How is the economic crisis affecting different parts of Europe, and how can this crisis be addressed adequately in a European approach? In the light of the European Council, which is meeting these days in order to discuss about a European approach to address the severe consequences of the Covid-19 pandemic, JEF Tübingen and GFE Pavia have issued a joint statement.
JEF Tübingen and GFE Pavia met up on Tuesday, 19.05.2020, for the online discussion table „Europe in Crisis?“. Attended by members and friends of the Italian as well as the German section, we analyzed the European response to the health and economic crisis and discussed our standing as Young European Federalists in this debate.
Two major things were noted: Covid-19 is a terrible hit on our personal lives and well-being, as well as on our economies. United by a common currency and by an economic union, the economic crisis cannot be tackled domestically. Therefore, we stress on the demand of a common European response based on solidarity. Secondly, consequences of the Covid-19-crisis are facilitating new approaches of online activism which can also serve as an inspiration for the future. JEFers across the network are gaining from increased networking across borders and the exchange of experiences and strategies. As a result, new perspectives and strategies are being taken.
As JEFers, we can gain from the latter to reach the former: Unite across Europe in the demand for a swift and solidary European response to the economic crisis. Hence, GFE Pavia and JEF Tübingen strengthen their voices by issuing a joint statement and are looking forward to future cooperation.
We, as Young European Federalists, look with concern at the risks and damages of the European economy caused by the Covid-19 pandemic. We stress that Europe is facing a multi-level crisis. The first level consists of the health emergency. The second level consists of the economic and social crisis, produced by lockdown measures that have paralysed businesses and jobs. The third level, more generally, can be recognised by looking critically at the situation, understanding it as a manifestation of the tragic nature of history. In fact, the Covid-19 pandemic represents the challenges of globalisation and demands political communities to address them.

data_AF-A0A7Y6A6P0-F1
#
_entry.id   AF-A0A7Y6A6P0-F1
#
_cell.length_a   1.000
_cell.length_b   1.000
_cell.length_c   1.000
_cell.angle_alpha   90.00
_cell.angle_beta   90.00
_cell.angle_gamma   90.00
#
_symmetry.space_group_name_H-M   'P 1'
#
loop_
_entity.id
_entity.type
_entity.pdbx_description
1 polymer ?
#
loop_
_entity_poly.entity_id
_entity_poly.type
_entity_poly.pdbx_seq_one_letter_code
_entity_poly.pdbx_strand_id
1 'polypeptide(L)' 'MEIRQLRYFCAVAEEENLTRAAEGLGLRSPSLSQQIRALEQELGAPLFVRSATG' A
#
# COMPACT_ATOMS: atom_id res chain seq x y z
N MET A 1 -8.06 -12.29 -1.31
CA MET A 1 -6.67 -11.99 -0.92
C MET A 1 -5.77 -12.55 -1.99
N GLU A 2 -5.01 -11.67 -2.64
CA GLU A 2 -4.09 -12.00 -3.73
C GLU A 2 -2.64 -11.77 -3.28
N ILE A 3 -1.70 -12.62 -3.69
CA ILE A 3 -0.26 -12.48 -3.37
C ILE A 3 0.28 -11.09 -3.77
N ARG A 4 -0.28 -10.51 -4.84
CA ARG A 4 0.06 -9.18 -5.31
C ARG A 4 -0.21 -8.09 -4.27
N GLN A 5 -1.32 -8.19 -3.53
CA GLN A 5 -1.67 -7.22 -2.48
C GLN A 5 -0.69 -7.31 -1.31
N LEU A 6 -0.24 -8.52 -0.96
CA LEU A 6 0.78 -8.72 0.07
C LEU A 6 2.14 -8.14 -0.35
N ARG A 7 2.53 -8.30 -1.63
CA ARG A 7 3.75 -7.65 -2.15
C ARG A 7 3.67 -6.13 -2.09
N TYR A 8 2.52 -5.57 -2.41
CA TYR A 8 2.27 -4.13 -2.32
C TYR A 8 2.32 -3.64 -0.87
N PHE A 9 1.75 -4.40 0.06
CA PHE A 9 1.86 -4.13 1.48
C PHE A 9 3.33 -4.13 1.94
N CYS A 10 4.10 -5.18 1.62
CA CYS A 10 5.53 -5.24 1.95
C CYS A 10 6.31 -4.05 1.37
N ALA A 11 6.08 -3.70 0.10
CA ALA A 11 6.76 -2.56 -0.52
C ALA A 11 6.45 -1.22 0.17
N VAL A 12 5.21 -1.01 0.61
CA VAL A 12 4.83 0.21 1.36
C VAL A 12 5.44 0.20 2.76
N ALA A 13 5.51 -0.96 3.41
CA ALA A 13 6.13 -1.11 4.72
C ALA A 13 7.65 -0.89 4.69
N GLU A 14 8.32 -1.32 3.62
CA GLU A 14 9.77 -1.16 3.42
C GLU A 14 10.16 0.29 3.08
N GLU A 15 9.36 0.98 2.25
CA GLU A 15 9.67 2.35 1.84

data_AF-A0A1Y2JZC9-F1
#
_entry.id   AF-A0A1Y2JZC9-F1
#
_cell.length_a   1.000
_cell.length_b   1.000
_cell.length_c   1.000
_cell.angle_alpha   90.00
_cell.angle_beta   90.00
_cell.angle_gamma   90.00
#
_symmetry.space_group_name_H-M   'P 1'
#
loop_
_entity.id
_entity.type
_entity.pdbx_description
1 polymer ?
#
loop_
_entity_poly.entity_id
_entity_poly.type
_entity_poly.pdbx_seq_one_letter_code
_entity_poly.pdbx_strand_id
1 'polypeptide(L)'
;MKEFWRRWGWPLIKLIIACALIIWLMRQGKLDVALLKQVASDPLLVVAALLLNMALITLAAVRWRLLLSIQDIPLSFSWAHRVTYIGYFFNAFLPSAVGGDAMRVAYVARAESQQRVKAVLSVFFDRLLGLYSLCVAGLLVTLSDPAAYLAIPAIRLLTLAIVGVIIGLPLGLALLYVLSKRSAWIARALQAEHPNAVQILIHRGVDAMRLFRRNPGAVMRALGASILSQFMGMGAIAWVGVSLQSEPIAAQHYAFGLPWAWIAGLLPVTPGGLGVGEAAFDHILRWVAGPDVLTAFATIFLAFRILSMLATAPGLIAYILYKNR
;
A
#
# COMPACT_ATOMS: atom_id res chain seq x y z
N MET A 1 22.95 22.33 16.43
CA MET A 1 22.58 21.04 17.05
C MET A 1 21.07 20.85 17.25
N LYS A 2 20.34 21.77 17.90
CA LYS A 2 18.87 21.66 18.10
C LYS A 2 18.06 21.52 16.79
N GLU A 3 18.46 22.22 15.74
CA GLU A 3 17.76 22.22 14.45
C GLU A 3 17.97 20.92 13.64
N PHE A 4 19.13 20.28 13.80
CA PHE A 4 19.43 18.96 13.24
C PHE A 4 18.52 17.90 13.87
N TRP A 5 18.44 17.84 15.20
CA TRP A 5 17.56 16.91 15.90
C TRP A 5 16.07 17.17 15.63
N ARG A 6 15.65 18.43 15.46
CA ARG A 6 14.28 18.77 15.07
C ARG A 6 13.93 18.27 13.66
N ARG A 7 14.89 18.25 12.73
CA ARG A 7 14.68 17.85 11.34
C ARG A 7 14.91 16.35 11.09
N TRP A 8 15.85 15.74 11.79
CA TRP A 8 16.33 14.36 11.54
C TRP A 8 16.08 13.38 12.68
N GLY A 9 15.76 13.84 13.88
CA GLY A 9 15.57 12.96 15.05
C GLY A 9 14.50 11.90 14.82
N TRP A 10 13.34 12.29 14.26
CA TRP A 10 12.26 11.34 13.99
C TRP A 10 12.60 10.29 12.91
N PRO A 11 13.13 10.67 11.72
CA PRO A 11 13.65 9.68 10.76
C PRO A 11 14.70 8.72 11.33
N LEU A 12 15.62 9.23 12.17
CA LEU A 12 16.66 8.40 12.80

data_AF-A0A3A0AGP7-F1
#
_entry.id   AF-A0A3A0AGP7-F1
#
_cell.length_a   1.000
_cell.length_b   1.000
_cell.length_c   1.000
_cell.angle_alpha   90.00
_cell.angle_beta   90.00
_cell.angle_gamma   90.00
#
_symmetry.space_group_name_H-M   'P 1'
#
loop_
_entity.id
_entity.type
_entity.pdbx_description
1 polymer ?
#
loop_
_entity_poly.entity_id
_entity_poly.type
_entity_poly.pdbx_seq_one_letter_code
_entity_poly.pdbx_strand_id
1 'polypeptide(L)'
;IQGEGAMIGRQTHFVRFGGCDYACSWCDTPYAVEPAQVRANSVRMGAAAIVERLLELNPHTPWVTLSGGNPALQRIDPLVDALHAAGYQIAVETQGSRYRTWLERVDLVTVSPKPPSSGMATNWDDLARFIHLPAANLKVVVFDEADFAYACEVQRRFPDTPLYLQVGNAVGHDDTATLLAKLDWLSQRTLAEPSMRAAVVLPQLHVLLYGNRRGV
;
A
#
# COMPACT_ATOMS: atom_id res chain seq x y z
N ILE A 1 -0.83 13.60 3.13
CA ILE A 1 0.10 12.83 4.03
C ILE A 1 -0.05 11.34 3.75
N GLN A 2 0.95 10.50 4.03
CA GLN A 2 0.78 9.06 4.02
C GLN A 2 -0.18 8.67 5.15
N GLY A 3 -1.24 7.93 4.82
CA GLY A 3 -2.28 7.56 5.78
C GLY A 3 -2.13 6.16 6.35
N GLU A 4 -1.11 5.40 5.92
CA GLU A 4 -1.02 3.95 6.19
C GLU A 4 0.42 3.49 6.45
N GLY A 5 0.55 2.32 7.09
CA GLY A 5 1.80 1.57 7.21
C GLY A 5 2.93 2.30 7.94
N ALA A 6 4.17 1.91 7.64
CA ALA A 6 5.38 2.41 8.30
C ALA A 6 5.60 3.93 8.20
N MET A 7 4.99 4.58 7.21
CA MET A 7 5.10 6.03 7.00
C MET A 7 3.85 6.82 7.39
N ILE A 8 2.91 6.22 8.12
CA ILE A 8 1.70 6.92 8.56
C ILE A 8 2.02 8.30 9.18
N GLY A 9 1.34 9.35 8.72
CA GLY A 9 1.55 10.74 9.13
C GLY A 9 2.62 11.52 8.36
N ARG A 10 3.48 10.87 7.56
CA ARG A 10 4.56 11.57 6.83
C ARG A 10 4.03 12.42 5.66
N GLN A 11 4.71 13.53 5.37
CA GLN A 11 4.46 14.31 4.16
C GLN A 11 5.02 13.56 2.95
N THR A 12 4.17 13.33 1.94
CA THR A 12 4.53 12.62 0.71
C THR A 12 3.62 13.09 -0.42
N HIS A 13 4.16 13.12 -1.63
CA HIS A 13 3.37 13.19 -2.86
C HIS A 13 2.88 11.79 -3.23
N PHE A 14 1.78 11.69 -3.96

We note that, initially, the crisis management has consisted of a patchwork of examples of European solidarity and national solo efforts. In terms of national solo efforts, we regret to see national export bans and border closures as the first responses to the health crisis. Further, we strongly condemn abusing the crisis for emergency laws that endanger democracy and the rule of law, as witnessed in Hungary, and call upon the EU institutions to react. We appreciate the examples of European solidarity among member states, as well as coordinating efforts by the EU. Therefore, we support equipment sharing and treatment of Corona-patients across borders but warn that these signs of solidarity must go beyond mere symbolic actions. In politics, there is no such thing as solidarity in voluntary terms. Nevertheless, there are institutions and institutionalised forms of solidarity. For solidarity to become the guiding principle of the European political model, this principle will have to be politically realised through the development of strong supranational institutions.
In terms of financing, we fear that money dedicated to crisis response or recovery is either reallocated within the existing budget or raised outside the EU framework and given in the form of loans. We fear this might further deepen the divide between Southern and Northern member states and eventually threaten the survival of the EU. Representing youth from both Italy and Germany, the instability of the current approach and its negative impact on the domestic economies of the borrowing states, as well as on European public opinion on the EU is evident to us and of utmost concern. We welcome the Commission’s proposed recovery plan featuring grants and loans financed via European borrowing and managed by the Commission, which is a necessary step towards a stronger and more federal Europe. We therefore urge national governments to support this plan.
In this sense, we demand the European Parliament to not approve inadequate agreements from the Council and to prevent European decisions to be dominated by a few powerful member states. The agreement necessarily has to include a reform of the Union’s own resources, which is also a key point in the European Commission’s proposal to guarantee the issue of European debt. In order to manage the Covid-19 pandemic crisis and other great challenges triggered by globalisation (climate change, digital economy, migration), member states have to equip the EU with new instruments and extended competences to address the named issues effectively. In the perspective of the relaunch of the European integration project, the EU needs a federal budget, characterised by two innovative aspects concerning its dimension and nature. In fact, it will be financed by the Union’s own resources, fed and supported by a fiscal capacity of the Union.
The new fiscal capacity should be legitimised through democratic procedures. In this sense, we believe that the role of the Conference on the Future of Europe should consist of supporting this roadmap, setting the conditions for the constitutional process. Only in this way will the EU have the resources and legitimacy to plan major reconstruction investment plans in the medium term, and, in the long term, to meet the other major challenges of our century, protecting the welfare and freedom of future generations.